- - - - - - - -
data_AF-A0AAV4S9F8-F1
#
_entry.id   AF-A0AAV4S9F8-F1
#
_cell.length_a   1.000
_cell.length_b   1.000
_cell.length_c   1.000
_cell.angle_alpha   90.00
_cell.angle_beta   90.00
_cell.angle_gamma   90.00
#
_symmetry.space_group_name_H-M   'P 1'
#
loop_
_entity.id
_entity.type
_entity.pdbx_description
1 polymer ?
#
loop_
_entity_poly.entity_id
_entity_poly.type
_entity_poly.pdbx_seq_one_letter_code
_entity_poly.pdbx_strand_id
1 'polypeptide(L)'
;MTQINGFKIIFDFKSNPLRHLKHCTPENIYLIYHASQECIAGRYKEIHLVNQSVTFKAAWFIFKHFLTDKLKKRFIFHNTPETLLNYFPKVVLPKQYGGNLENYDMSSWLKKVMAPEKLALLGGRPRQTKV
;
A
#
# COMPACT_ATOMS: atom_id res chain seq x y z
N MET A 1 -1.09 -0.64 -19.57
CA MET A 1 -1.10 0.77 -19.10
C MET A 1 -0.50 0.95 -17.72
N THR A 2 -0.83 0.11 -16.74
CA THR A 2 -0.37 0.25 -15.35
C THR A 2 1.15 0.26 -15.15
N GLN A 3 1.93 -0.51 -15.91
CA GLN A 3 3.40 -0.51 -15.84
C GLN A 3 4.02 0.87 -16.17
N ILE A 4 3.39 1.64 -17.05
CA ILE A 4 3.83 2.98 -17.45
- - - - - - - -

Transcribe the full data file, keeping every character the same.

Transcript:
data_AF-A0AAV4S9F8-F1
#
_entry.id   AF-A0AAV4S9F8-F1
#
_cell.length_a   1.000
_cell.length_b   1.000
_cell.length_c   1.000
_cell.angle_alpha   90.00
_cell.angle_beta   90.00
_cell.angle_gamma   90.00
#
_symmetry.space_group_name_H-M   'P 1'
#
loop_
_entity.id
_entity.type
_entity.pdbx_description
1 polymer ?
#
loop_
_entity_poly.entity_id
_entity_poly.type
_entity_poly.pdbx_seq_one_letter_code
_entity_poly.pdbx_strand_id
1 'polypeptide(L)'
;MTQINGFKIIFDFKSNPLRHLKHCTPENIYLIYHASQECIAGRYKEIHLVNQSVTFKAAWFIFKHFLTDKLKKRFIFHNTPETLLNYFPKVVLPKQYGGNLENYDMSSWLKKVMAPEKLALLGGRPRQTKV
;
A
#
# COMPACT_ATOMS: atom_id res chain seq x y z
N MET A 1 -1.09 -0.64 -19.57
CA MET A 1 -1.10 0.77 -19.10
C MET A 1 -0.50 0.95 -17.72
N THR A 2 -0.83 0.11 -16.74
CA THR A 2 -0.37 0.25 -15.35
C THR A 2 1.15 0.26 -15.15
N GLN A 3 1.93 -0.51 -15.91
CA GLN A 3 3.40 -0.51 -15.84
C GLN A 3 4.02 0.87 -16.17
N ILE A 4 3.39 1.64 -17.05
CA ILE A 4 3.83 2.98 -17.45